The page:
More TV means fewer "hits" - if your definition is a minimum rating or share. With more content, this is inevitable.

In 1960 to go to the World Series a MLB team needed only beat out seven other teams. Then "expansion", which added teams to each league. This continued until 1969 when the AL and NL split into divisions and added a playoff series. Now we have a minimum of two playoff series plus the World Series, plus the possibility of one or two one-game playoffs (to break wild-card ties). When the Royals won in 2015, it was their first in 30 years - then Frank Deford pointed out that with 30 MLB teams - that's "about right".

For my money The Crown and Westworld are as good as, if not better, than any drama before The Wire in the late 90s.

Who cares that they are low-rating "underground" shows. Mad Men's best rating ever was less than 5-million - along with Breaking Bad. I believe everyone associated with those shows made money, even if not the one-million/show that Seinfeld the actor was rumored to make near the end of Seinfeld.

Isn't the sheer volume of shows good for everyone? More for writers, producers, directors, DP's, actors, and the rest who support television shows.

Mark said...

First, the viewing audience is more fragmented, and second, people simply watch less TV today. I know I do. That's a GOOD thing.

Gary Theroux said...

Frankly, I prefer reruns of "Cheers" and "Frasier." How many of the current sitmcoms listed come anywhere close to the quality of those shows' writing and acting?

David G. Whitham said...

I have watched WestWorld, and eagerly await its second season. I have absolutely no interest in any of the other shows listed in the survey.

It seems like the people responsible for putting these shows on the air are increasingly out of touch with what we want to see.

Jahn Ghalt said...

Thanks to Jon B for reporting the production budget for The Crown ("100-milion pounds" stated a quote on Wikipedia).

Lots of extras and opulent sets - not all of those locations were "practical".

Andy Rose said...

@SER: Sanford and Son was created by Brits, adapted and produced by American Jews, with a black cast. No wonder it appealed to a lot of cultures... there were some diverse cultural influences there.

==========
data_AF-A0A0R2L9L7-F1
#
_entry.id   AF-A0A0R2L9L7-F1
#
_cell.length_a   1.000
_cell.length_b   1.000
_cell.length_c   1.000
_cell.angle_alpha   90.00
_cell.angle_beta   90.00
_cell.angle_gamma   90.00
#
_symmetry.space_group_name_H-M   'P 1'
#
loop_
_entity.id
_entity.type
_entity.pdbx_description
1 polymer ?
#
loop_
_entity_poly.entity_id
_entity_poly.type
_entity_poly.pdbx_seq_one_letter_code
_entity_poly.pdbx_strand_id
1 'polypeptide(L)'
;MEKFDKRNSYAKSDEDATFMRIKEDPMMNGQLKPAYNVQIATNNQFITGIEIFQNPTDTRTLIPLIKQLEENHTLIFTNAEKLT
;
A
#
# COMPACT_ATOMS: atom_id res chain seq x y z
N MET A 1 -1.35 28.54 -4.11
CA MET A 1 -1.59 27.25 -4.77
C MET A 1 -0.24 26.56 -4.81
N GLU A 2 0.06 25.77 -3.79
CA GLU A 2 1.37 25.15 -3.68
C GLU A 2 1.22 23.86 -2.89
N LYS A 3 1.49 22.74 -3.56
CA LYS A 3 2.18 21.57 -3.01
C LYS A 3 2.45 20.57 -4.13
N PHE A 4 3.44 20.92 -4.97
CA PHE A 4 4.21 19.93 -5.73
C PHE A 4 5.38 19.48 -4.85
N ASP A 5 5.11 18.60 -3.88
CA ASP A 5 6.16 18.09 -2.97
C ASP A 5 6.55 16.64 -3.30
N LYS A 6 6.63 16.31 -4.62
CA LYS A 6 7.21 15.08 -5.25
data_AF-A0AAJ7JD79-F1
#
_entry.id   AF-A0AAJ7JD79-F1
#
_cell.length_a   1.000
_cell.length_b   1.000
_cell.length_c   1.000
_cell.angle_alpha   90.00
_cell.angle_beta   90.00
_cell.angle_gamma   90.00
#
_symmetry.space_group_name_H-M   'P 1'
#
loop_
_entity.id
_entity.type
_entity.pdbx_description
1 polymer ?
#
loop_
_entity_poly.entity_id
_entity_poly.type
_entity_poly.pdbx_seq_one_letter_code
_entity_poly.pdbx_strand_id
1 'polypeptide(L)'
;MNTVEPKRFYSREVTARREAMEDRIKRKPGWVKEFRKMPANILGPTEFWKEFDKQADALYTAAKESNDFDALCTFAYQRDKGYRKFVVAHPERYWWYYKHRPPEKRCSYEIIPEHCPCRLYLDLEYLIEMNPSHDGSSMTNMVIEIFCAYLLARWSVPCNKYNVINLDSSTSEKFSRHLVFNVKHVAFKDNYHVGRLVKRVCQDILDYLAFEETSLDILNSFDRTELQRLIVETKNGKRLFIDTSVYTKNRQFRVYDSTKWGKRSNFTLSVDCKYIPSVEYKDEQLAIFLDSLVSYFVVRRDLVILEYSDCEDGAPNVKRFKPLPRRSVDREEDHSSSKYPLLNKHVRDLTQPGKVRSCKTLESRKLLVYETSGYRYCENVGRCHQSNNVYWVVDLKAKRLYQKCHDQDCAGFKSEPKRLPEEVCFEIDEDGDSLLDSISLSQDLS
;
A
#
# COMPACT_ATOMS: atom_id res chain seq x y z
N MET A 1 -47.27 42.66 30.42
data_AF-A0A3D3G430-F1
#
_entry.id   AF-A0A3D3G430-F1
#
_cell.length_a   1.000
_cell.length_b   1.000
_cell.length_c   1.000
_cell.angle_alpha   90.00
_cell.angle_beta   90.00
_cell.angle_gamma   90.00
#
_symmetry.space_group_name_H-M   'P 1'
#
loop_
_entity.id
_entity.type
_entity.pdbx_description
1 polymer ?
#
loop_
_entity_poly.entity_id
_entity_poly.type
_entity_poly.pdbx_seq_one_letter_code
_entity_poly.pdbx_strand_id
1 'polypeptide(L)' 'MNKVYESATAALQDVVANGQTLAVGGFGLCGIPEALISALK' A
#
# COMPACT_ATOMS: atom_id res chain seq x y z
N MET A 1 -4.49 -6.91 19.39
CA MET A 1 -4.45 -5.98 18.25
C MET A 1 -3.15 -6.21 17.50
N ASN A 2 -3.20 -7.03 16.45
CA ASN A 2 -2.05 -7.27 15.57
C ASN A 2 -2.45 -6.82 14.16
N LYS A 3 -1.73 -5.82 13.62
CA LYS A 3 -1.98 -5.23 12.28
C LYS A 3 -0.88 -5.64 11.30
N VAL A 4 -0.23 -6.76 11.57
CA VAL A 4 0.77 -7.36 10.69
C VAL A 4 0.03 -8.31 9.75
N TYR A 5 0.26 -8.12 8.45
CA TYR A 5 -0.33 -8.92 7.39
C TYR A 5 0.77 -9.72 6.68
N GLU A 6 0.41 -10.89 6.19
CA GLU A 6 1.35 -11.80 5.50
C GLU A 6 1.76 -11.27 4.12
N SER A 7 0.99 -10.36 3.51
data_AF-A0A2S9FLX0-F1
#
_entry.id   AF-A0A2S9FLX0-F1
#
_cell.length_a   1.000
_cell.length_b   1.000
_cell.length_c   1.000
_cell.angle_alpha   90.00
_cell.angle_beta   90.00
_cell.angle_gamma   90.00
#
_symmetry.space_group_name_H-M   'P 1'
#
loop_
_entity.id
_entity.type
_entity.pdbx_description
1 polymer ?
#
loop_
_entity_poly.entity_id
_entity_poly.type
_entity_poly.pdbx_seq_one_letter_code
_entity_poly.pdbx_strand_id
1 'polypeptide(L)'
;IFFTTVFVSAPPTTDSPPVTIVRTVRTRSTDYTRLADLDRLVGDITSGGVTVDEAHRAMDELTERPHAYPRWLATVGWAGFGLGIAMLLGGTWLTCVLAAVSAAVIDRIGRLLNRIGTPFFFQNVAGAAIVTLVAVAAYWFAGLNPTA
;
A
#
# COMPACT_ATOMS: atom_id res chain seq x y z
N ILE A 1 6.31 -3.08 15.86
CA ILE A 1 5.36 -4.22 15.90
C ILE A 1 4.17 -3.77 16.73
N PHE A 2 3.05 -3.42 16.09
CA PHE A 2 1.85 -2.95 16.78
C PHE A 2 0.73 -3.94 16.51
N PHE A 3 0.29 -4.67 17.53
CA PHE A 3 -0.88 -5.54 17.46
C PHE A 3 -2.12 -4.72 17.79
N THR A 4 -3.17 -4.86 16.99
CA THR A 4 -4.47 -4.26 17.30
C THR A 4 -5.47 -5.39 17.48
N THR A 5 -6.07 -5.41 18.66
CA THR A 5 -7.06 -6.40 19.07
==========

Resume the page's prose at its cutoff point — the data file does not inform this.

Ever since the Rural Purge, the networks have really struggled to address small town settings and middle America in their shows. I was reminded of this by the recent death of Hee-Haw showrunner Sam Lovullo. Although the show was produced in Nashville with a lot of local Opry figures, Sam was actually from Buffalo. The program's main creative team (and a couple of cast members) were from Canada. One of the co-hosts was from California by way of Arizona. Maybe shows today make less of an effort to cross those kinds of cultural lines because their creative teams mostly come from elite backgrounds. None of the shows mentioned in this article makes an attempt to acknowledge middle America. The Middle is basically the only show on all of network television that fills that "Roseanne" niche anymore. (Yes, Stranger Things is supposed to be set in Indiana, but that doesn't really play a role in the show. Indiana is just TV shorthand for "nowhere in particular.")

Keith Nichols said...

How many potential viewers have cable? I don't—just an ancient rooftop antenna. Although it pulls in about 80 channels, most featuring Spanish or Farsi or other language I don't understand, I'm definitely not getting most of the award-winning shows surveyed. And of what I can view, I no longer watch half-hour comedies, largely because the commercials take up 30 percent of the time, which leaves little time to develop a story.

DARON72 said...

What also has me a little concerned is that ,for the first time, last year's Top 20 Box Office Hits contained not one film based on true events. Are the theaters doomed to be taken over by teenagers who only seem to fancy PG-13 rated violence and/or fantasy? Granted, there were the usual two or three animated crowd pleasers but there wasn't even anything based on a novel or a play. "Sully" at No. 22 was as close as it came. Will there be another Neil Simon or Sidney Lumet who somehow can connect with a wider audience or are we just too fragmented (as another voice suggested)?

MikeN said...

The answer for TV execs is to make shows that appeal to Republicans. There was a survey about five years ago, with the top shows seen by each party. None of the top Democratic shows had Republican viewers. Even good ones like Mad Men and Breaking Bad, Republicans weren't watching. The other shows in the Dems top 10 were things like Kardashians.

On the other hand the Republican top shows, were almost all getting good ratings from Democrats as well. NCIS, The Closer, etc.

Although this means that I am recommending making shows to appeal to Republicans after pointing out that Democrats watch more TV.

cadavra said...

What's depressing to me is that I watch a crapload of TV--more than I should--but the shows I watch are never nominated for anything. Granted, most of them are network and basic cable, but still, I'm not exactly part of the Duck Dynasty crowd. Where is the disconnect?

Breadbaker said...

The survey of course is taken at a point in time, but that point in time is in some ways increasingly less and less relevant.

In 1967, I remember watching the summer replacement series "Coronet Blue" and missing the last episode, and literally never having a chance to see it again.